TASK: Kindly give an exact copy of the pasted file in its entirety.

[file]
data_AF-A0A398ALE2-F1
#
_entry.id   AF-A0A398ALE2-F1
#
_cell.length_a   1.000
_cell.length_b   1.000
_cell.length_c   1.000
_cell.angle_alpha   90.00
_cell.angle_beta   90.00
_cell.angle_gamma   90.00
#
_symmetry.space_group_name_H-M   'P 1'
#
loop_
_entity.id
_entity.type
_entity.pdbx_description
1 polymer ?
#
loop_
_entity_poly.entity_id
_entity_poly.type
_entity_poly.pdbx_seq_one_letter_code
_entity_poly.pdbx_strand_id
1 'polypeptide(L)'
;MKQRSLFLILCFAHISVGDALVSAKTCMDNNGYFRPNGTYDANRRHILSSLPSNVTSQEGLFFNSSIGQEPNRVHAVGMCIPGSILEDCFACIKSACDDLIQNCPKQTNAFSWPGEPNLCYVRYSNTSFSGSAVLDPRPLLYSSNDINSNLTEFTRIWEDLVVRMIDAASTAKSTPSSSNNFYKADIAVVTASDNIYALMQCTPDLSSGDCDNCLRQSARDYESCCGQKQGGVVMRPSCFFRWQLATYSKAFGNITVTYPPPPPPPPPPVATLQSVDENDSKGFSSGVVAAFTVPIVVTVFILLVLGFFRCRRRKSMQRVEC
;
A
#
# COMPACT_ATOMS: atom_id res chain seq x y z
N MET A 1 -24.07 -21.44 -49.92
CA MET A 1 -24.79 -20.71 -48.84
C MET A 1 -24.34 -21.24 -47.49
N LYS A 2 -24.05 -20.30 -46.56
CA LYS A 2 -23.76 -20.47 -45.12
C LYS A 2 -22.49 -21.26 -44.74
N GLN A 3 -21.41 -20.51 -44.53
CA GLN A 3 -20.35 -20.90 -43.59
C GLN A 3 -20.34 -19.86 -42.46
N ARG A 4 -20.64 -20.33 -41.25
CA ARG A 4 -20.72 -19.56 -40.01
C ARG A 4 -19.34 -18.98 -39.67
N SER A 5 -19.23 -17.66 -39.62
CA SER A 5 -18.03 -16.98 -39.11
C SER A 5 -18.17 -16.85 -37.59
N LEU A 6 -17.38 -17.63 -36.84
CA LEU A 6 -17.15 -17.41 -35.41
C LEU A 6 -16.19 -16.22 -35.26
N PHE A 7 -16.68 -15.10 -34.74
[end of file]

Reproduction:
data_AF-A0A398ALE2-F1
#
_entry.id   AF-A0A398ALE2-F1
#
_cell.length_a   1.000
_cell.length_b   1.000
_cell.length_c   1.000
_cell.angle_alpha   90.00
_cell.angle_beta   90.00
_cell.angle_gamma   90.00
#
_symmetry.space_group_name_H-M   'P 1'
#
loop_
_entity.id
_entity.type
_entity.pdbx_description
1 polymer ?
#
loop_
_entity_poly.entity_id
_entity_poly.type
_entity_poly.pdbx_seq_one_letter_code
_entity_poly.pdbx_strand_id
1 'polypeptide(L)'
;MKQRSLFLILCFAHISVGDALVSAKTCMDNNGYFRPNGTYDANRRHILSSLPSNVTSQEGLFFNSSIGQEPNRVHAVGMCIPGSILEDCFACIKSACDDLIQNCPKQTNAFSWPGEPNLCYVRYSNTSFSGSAVLDPRPLLYSSNDINSNLTEFTRIWEDLVVRMIDAASTAKSTPSSSNNFYKADIAVVTASDNIYALMQCTPDLSSGDCDNCLRQSARDYESCCGQKQGGVVMRPSCFFRWQLATYSKAFGNITVTYPPPPPPPPPPVATLQSVDENDSKGFSSGVVAAFTVPIVVTVFILLVLGFFRCRRRKSMQRVEC
;
A
#
# COMPACT_ATOMS: atom_id res chain seq x y z
N MET A 1 -24.07 -21.44 -49.92
CA MET A 1 -24.79 -20.71 -48.84
C MET A 1 -24.34 -21.24 -47.49
N LYS A 2 -24.05 -20.30 -46.56
CA LYS A 2 -23.76 -20.47 -45.12
C LYS A 2 -22.49 -21.26 -44.74
N GLN A 3 -21.41 -20.51 -44.53
CA GLN A 3 -20.35 -20.90 -43.59
C GLN A 3 -20.34 -19.86 -42.46
N ARG A 4 -20.64 -20.33 -41.25
CA ARG A 4 -20.72 -19.56 -40.01
C ARG A 4 -19.34 -18.98 -39.67
N SER A 5 -19.23 -17.66 -39.62
CA SER A 5 -18.03 -16.98 -39.11
C SER A 5 -18.17 -16.85 -37.59
N LEU A 6 -17.38 -17.63 -36.84
CA LEU A 6 -17.15 -17.41 -35.41
C LEU A 6 -16.19 -16.22 -35.26
N PHE A 7 -16.68 -15.10 -34.74